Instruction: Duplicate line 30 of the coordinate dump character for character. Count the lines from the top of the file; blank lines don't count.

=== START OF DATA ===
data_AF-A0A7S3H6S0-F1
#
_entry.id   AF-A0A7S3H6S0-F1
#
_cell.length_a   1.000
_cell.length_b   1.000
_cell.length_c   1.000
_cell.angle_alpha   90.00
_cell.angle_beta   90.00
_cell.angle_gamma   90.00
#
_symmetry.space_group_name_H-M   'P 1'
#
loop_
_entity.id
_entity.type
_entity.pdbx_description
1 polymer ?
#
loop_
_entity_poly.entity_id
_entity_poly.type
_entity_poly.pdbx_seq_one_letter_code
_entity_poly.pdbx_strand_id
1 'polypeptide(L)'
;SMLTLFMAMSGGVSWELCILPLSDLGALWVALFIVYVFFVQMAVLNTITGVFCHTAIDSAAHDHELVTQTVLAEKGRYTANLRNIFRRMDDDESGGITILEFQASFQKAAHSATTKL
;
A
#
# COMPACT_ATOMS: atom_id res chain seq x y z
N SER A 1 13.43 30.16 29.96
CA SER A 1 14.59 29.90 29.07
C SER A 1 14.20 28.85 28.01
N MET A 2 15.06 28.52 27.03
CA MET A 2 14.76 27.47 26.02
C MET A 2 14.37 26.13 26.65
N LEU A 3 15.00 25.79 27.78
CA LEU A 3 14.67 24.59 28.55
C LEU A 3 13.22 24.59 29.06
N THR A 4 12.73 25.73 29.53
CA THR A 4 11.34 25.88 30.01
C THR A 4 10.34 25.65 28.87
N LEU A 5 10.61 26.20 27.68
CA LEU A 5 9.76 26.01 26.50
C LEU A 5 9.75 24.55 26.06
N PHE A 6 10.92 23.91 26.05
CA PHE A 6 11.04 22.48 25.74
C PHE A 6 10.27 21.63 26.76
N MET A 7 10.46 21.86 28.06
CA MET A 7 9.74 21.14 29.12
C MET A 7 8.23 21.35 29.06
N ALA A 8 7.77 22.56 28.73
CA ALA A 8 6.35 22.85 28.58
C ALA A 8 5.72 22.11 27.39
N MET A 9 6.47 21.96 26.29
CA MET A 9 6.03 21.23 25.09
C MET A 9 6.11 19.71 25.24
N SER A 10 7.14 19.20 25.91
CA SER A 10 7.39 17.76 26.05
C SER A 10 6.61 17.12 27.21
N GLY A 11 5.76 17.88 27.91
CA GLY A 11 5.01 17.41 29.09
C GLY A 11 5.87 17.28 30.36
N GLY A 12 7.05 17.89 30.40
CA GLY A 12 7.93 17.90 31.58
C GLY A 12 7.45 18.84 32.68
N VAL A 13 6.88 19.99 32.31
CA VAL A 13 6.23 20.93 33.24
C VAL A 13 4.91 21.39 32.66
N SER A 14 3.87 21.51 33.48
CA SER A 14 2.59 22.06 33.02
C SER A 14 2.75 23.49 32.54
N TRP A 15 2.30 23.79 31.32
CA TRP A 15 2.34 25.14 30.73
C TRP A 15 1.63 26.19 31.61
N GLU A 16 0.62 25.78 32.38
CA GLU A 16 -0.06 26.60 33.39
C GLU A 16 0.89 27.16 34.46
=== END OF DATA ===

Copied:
# COMPACT_ATOMS: atom_id res chain seq x y z